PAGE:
Non–small cell lung cancer (NSCLC) has a poor prognosis, with substantial mortality rates even among patients diagnosed with early-stage disease. There are few effective measures to block the development or progression of NSCLC. Antiangiogenic drugs represent a new class of agents targeting multiple aspects of tumor progression, including cell proliferation, invasion, migration, and outgrowth of metastatic deposits. We tested the multitargeted angiogenesis inhibitor sunitinib in a novel endogenous mouse model of NSCLC, which expresses a conditional activating mutation in Kras with or without conditional deletion of Lkb1; both alterations are frequent in human NSCLC. We showed that daily treatment with sunitinib reduced tumor size, caused tumor necrosis, blocked tumor progression, and prolonged median survival in both the metastatic (Lkb1/Kras) and nonmetastatic (Kras) mouse models; median survival was not reached in the nonmetastatic model after 1 year. However, the incidence of local and distant metastases was similar in sunitinib-treated and untreated Lkb1/Kras mice, suggesting that prolonged survival with sunitinib in these mice was due to direct effects on primary tumor growth rather than to inhibition of metastatic progression. These collective results suggest that the use of angiogenesis inhibitors in early-stage disease for prevention of tumor development and growth may have major survival benefits in the setting of NSCLC.
Mismatch repair (MMR) plays a pivotal role in keeping the genome stable. MMR dysfunction can lead to carcinogenesis by gene mutation accumulation. HMSH2 and hMLH1 are two key components of MMR. High or low expression of them often mark the status of MMR function. Mutations (EGFR, KRAS, etc) are common in non-small cell lung cancer (NSCLC). However, it is not clear what role MMR plays in NSCLC gene mutations. The expression of MMR proteins hMSH2 and hMLH1, and the proliferation markers PCNA and Ki67 were measured by immunohistochemistry in 181 NSCLCs. EGFR and KRAS mutations were identified by high resolution melting analysis. Stronger hMLH1 expression correlated to a higher frequency of EGFR mutations in exon 19 and 21 (p<0.0005). Overexpression of hMLH1 and the adenocarcinoma subtype were both independent factors that related to EGFR mutations in NSCLCs (p=0.013 and p<0.0005). The expression of hMLH1, hMSH2 and PCNA increased, while Ki67 expression significantly decreased (p=0.030) in NSCLCs with EGFR mutations. Overexpression of hMLH1 could be a new molecular marker to predict the response to EGFR-TKIs in NSCLCs. Furthermore, EGFR mutations might be an early event of NSCLC that occur before MMR dysfunction.
Meta-analyses were conducted to characterize patterns of mutation incidence in non small-cell lung cancer (NSCLC).
Nine genes with the most complete published mutation coincidence data were evaluated. One meta-analysis generated a ‘mutMap’ to visually represent mutation coincidence by ethnicity (Western/Asian) and histology (adenocarcinoma [ADC] or squamous cell carcinoma). Another meta-analysis evaluated incidence of individual mutations. Extended analyses explored incidence of EGFR and KRAS mutations by ethnicity, histology, and smoking status.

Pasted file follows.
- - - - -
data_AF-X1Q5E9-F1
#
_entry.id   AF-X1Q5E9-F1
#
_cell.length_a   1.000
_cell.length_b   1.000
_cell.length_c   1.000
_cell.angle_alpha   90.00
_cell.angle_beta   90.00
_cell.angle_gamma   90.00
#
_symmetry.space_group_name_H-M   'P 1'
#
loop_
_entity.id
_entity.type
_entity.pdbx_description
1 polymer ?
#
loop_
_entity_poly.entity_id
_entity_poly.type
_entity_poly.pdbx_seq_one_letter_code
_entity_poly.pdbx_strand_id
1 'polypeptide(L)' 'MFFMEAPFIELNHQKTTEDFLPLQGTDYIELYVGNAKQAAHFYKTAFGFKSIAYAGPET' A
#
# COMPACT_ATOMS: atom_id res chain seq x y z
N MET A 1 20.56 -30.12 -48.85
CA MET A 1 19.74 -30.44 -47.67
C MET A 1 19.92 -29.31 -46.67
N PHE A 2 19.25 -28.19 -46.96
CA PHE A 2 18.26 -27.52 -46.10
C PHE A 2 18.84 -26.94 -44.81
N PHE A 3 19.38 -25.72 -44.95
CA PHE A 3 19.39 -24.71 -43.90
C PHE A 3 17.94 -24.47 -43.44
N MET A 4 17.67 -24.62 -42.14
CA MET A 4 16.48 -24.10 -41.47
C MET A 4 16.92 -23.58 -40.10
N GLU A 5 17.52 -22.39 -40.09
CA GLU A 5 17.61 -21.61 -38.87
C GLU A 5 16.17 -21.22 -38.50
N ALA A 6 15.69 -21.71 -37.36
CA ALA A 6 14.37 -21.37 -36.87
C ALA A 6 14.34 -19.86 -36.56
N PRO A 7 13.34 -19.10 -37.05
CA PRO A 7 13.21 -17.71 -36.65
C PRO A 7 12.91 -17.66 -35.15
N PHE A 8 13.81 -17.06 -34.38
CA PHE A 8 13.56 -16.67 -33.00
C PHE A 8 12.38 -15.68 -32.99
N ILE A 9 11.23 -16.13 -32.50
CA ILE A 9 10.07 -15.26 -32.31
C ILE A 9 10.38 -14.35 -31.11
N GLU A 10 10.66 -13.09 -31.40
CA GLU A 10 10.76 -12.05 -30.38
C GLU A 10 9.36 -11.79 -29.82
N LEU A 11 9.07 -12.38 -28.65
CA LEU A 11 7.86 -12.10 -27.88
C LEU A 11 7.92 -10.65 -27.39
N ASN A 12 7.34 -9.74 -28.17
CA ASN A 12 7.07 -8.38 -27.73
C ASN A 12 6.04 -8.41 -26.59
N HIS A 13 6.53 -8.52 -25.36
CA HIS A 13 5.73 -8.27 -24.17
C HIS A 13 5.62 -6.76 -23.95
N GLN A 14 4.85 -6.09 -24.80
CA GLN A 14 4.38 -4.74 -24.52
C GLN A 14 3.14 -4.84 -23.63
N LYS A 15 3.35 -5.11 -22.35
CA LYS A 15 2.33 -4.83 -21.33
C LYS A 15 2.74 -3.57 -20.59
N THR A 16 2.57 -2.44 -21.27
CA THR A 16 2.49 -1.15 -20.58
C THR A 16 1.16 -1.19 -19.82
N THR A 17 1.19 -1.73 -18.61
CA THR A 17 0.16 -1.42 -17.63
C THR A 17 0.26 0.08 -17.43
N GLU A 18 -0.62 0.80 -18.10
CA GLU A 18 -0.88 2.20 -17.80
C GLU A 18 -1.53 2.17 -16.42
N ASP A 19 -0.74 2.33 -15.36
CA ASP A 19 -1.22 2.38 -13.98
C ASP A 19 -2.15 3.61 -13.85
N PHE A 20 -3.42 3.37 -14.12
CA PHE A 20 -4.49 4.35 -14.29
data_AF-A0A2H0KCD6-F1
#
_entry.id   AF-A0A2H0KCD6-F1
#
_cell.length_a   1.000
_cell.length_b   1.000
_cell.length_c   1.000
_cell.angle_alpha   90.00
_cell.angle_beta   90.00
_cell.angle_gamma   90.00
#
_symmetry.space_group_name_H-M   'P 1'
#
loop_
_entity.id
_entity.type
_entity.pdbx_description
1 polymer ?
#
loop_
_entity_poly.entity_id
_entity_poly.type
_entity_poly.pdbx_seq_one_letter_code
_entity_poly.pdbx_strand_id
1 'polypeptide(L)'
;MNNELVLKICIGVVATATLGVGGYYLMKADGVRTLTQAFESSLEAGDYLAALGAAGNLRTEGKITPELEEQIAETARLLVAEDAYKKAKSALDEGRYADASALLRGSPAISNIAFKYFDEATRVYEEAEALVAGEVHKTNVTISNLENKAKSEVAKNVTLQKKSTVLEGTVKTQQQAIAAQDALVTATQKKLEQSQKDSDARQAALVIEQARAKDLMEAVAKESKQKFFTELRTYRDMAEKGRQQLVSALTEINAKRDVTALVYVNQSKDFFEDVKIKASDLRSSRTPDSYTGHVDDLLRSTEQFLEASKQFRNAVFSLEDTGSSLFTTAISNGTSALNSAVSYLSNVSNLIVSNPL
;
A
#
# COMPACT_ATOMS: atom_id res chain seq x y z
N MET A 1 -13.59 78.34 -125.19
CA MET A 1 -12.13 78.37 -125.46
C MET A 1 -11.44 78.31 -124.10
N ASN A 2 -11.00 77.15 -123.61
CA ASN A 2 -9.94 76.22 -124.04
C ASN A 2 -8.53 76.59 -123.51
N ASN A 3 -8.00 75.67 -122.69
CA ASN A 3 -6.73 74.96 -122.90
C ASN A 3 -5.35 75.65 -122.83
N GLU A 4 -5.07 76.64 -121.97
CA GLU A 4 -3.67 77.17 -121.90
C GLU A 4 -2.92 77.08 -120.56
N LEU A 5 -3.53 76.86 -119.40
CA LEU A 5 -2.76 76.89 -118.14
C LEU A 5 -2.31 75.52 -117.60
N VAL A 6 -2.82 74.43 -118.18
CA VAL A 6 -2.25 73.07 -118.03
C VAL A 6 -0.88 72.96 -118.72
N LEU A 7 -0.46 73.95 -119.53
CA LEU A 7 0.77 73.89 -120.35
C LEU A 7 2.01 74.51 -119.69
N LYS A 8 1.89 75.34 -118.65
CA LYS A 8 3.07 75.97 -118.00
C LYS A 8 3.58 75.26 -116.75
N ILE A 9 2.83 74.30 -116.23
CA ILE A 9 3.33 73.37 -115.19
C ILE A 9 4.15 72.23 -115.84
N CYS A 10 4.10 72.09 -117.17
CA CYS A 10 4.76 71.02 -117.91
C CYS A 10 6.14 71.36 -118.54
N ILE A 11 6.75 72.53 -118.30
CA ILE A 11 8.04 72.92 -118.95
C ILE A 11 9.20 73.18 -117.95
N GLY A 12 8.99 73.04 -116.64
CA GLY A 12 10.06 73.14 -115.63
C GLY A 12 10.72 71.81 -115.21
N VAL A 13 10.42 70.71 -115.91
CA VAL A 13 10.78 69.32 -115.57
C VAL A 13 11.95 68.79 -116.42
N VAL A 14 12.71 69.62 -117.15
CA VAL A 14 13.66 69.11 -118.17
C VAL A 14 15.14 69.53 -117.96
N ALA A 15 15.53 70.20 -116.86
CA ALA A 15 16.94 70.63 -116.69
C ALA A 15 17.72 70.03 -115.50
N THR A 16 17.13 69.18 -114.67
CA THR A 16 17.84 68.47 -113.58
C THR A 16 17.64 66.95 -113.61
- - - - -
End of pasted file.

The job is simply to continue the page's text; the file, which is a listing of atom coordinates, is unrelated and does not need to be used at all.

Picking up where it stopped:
Genes evaluated were TP53, EGFR, KRAS, LKB1, EML4-ALK, PTEN, BRAF, PIK3CA, and ErbB2. The mutMap highlighted mutation coincidences occurring in ≥5% of patients, including TP53 with KRAS or EGFR mutations in patients with ADC, and TP53 with LKB1 mutation in Western patients. TP53 was the most frequently mutated gene overall. Frequencies of TP53, EGFR, KRAS, LKB1, PTEN, and BRAF mutations were influenced by histology and/or ethnicity. Although EGFR mutations were most frequent in patients with ADC and never/light smokers from Asia, and KRAS mutations were most frequent in patients with ADC and ever/heavy smokers from Western countries, both were detected outside these subgroups.
Potential molecular pathology segments of NSCLC were identified. Further studies of mutations in NSCLC are warranted to facilitate more specific diagnoses and guide treatment.
geography; histology; lung cancer; mutation coincidence; oncogenes
Oncogenic activation of KRAS occurs commonly in non-small cell lung cancer (NSCLC), but strategies to therapeutically target this pathway have been challenging to develop. Information about downstream effectors of KRAS remains incomplete and tractable targets are yet to be defined. In this study we investigated the role of Protein Kinase C delta (PKCδ) in KRAS dependent lung tumorigenesis using a mouse carcinogen model and human NSCLC cells. The incidence of urethane-induced lung tumors was decreased by 69% in PKCδ deficient (δKO) mice compared to wild type (δWT) mice. δKO tumors are smaller and showed reduced proliferation. DNA sequencing indicated that all δWT tumors had activating mutations in KRAS, whereas only 69% of δKO tumors did, suggesting that PKCδ acts as a tumor promoter downstream of oncogenic KRAS, while acting as a tumor suppressor in other oncogenic contexts. Similar results were obtained in a panel of NSCLC cell lines with oncogenic KRAS, but which differ in their dependence on KRAS for survival. RNAi-mediated attenuation of PKCδ inhibited anchorage-independent growth, invasion, migration and tumorigenesis in KRAS-dependent cells. These effects were associated with suppression of MAPK pathway activation. In contrast, PKCδ attenuation enhanced anchorage-independent growth, invasion and migration in NSCLC cells that were either KRAS-independent or that had wild-type KRAS. Unexpectedly, our studies indicate that the function of PKCδ in tumor cells depends on a specific oncogenic context, as loss of PKCδ in NSCLC cells suppressed transformed growth only in cells dependent upon oncogenic KRAS for proliferation and survival.